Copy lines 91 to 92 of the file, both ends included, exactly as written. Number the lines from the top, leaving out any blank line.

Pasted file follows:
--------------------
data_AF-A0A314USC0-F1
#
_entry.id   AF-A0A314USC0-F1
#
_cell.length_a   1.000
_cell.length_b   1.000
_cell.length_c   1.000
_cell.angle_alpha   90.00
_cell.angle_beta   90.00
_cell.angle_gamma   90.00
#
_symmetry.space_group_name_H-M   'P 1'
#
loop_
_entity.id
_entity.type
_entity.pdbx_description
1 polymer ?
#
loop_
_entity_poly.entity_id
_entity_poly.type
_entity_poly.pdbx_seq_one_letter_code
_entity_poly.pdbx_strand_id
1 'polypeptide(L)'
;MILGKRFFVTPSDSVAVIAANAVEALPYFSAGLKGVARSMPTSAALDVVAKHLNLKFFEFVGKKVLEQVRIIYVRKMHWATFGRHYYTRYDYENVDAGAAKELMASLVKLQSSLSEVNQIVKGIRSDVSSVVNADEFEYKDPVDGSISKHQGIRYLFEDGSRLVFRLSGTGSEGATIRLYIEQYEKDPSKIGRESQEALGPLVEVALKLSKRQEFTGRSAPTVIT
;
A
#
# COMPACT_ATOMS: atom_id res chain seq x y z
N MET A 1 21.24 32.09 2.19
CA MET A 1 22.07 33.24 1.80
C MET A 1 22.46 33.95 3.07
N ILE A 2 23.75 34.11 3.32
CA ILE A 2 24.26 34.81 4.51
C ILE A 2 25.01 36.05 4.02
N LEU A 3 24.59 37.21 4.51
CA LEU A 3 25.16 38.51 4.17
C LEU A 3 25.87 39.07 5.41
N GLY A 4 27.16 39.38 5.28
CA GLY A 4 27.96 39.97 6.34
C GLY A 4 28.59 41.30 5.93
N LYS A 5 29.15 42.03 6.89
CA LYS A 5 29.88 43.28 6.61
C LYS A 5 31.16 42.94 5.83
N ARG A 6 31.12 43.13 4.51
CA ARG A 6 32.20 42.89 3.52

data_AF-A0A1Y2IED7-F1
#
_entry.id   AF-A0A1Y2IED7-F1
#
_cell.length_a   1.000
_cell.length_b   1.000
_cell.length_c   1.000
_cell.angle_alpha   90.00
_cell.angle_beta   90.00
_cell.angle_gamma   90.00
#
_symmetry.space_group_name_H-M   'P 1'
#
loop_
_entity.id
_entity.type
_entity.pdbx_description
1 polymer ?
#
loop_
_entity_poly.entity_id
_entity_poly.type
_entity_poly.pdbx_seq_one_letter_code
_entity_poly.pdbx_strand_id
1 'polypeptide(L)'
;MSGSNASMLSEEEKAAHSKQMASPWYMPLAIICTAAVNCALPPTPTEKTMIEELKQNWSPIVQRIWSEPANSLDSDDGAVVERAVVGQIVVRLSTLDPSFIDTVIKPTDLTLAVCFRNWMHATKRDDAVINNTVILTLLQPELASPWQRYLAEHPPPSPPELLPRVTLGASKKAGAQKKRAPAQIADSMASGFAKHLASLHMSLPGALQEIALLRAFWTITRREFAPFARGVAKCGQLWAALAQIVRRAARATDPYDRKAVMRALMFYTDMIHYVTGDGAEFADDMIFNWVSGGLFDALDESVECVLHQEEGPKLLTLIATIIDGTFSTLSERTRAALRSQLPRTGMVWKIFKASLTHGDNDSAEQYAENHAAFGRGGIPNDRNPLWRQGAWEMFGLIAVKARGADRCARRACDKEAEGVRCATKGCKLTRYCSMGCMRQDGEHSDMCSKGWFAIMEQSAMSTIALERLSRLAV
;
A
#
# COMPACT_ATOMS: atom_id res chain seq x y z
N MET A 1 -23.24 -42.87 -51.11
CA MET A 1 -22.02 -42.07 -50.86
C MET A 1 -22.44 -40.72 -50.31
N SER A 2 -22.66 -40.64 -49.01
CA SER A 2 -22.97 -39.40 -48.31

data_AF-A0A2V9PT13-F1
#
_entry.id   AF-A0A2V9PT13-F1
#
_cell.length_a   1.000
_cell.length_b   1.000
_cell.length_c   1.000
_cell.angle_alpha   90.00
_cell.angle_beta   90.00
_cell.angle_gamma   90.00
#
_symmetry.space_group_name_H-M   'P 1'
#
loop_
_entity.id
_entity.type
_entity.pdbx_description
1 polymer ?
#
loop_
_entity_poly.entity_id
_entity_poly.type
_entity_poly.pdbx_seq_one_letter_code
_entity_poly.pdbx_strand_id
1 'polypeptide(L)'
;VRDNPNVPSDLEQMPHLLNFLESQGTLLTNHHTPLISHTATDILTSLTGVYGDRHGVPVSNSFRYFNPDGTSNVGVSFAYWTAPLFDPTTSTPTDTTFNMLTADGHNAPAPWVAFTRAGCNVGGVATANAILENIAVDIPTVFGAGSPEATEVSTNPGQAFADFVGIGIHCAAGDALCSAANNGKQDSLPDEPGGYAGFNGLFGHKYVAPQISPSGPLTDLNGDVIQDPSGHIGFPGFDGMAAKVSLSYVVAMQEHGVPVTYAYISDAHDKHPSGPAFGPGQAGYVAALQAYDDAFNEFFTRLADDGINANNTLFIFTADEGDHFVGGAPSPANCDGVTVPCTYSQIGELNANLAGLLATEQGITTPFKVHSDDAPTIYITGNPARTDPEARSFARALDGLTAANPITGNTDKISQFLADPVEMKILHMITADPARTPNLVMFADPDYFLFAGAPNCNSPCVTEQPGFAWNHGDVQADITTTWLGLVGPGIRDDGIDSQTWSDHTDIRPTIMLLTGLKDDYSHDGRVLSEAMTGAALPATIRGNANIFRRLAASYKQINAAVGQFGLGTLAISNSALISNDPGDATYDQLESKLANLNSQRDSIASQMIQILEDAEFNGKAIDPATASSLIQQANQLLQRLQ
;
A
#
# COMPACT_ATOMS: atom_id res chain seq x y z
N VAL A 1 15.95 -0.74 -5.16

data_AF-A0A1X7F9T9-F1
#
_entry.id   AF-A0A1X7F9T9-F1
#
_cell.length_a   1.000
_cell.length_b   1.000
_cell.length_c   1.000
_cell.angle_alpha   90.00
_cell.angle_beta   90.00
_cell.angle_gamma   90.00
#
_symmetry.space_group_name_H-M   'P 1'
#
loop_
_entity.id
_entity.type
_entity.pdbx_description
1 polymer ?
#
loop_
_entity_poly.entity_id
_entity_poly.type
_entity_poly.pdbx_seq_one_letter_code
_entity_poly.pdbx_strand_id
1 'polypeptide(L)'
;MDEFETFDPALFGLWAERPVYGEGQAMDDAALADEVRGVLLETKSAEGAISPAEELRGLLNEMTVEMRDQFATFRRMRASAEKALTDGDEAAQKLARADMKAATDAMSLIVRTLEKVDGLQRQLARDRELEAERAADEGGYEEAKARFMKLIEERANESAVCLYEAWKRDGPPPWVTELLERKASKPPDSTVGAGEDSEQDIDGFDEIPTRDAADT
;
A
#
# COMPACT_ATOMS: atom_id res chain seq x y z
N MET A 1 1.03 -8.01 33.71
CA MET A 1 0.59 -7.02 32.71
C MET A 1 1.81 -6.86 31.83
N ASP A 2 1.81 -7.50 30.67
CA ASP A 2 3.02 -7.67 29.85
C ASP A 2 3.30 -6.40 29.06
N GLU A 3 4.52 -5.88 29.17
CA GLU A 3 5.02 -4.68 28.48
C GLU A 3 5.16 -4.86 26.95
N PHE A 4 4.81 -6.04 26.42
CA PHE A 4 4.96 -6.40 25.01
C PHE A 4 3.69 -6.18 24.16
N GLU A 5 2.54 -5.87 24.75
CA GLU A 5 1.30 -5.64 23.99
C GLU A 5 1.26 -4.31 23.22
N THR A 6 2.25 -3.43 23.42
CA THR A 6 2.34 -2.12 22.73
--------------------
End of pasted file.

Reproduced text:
_cell.angle_beta   90.00
_cell.angle_gamma   90.00